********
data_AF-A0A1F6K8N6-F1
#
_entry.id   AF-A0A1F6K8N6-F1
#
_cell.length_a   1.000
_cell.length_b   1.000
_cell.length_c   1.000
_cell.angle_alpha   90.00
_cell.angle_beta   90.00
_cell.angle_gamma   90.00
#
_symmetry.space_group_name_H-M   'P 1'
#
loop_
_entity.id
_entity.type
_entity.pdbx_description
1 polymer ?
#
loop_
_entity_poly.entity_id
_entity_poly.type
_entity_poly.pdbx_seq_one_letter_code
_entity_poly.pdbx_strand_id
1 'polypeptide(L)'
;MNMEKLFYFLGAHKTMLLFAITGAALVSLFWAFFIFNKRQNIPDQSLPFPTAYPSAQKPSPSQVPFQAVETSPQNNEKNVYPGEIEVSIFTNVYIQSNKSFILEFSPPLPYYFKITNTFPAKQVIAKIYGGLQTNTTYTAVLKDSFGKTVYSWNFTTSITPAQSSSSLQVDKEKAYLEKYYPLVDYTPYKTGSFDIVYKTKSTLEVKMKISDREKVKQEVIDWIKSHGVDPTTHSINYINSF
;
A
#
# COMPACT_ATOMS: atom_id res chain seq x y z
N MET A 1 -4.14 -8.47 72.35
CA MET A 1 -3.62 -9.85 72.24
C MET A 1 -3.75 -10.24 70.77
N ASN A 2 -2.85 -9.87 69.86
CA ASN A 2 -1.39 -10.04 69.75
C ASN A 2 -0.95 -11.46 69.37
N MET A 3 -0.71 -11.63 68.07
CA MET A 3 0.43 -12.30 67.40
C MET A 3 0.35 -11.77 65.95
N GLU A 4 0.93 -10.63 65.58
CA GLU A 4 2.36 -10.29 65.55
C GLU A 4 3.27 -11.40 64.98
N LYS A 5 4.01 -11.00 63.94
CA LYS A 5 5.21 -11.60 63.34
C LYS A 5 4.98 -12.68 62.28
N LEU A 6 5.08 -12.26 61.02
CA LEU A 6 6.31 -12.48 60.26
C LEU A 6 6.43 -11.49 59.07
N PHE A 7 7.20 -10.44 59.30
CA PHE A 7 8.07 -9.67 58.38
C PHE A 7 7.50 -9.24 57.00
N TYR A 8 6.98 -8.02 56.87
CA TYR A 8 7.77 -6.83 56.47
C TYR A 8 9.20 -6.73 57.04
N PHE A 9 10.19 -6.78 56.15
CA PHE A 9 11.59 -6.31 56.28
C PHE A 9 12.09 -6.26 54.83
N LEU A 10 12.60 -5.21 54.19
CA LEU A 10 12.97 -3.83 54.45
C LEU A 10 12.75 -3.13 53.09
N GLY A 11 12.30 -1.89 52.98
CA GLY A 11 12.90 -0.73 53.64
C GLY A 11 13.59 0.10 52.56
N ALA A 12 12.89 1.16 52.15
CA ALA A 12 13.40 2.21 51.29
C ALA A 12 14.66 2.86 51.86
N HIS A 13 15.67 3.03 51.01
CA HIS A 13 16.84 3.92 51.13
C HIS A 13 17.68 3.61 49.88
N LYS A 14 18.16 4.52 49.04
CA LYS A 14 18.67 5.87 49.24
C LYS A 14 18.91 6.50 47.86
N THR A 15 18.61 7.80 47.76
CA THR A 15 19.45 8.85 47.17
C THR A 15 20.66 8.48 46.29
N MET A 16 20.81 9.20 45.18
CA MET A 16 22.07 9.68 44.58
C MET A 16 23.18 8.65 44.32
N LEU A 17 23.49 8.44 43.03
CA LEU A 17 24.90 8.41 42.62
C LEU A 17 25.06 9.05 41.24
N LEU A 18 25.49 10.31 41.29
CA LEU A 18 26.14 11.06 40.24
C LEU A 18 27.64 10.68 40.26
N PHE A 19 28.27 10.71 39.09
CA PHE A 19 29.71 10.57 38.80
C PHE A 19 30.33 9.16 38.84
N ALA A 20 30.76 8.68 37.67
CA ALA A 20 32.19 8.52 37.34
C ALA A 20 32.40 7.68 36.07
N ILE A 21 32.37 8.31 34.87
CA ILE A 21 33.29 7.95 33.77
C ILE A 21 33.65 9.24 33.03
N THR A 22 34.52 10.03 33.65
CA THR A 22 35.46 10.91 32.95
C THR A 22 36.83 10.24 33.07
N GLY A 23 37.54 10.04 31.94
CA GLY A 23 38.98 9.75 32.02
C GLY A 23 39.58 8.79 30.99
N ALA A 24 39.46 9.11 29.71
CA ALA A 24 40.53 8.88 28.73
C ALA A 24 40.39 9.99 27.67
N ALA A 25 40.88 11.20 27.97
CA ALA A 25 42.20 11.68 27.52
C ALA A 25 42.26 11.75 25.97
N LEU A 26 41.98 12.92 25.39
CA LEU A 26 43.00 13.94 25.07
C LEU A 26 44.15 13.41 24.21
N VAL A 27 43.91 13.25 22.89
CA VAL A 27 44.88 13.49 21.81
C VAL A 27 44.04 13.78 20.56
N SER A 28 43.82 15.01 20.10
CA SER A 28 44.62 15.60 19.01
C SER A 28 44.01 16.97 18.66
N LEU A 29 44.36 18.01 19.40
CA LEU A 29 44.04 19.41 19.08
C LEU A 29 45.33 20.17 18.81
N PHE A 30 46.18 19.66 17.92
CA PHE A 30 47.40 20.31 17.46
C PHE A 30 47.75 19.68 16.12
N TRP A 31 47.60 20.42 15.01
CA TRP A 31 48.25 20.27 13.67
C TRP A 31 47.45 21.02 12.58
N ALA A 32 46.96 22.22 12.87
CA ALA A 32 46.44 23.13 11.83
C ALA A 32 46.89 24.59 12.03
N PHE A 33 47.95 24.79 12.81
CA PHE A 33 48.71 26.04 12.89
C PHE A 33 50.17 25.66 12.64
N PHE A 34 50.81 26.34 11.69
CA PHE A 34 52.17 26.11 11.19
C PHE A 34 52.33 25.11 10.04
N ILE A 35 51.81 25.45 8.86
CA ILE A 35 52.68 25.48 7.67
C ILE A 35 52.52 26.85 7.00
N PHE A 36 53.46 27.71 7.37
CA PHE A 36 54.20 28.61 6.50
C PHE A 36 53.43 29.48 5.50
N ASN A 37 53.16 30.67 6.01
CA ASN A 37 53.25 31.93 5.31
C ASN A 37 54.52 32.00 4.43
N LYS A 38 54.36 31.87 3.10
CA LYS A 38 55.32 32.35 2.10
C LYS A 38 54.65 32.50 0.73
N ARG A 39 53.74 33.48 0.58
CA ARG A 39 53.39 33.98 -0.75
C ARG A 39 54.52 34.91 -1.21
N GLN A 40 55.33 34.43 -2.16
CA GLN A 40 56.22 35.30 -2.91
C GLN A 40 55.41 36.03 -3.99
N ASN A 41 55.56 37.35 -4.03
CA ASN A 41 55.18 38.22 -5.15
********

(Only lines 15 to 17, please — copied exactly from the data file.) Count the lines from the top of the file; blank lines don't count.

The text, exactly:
_entity.id
_entity.type
_entity.pdbx_description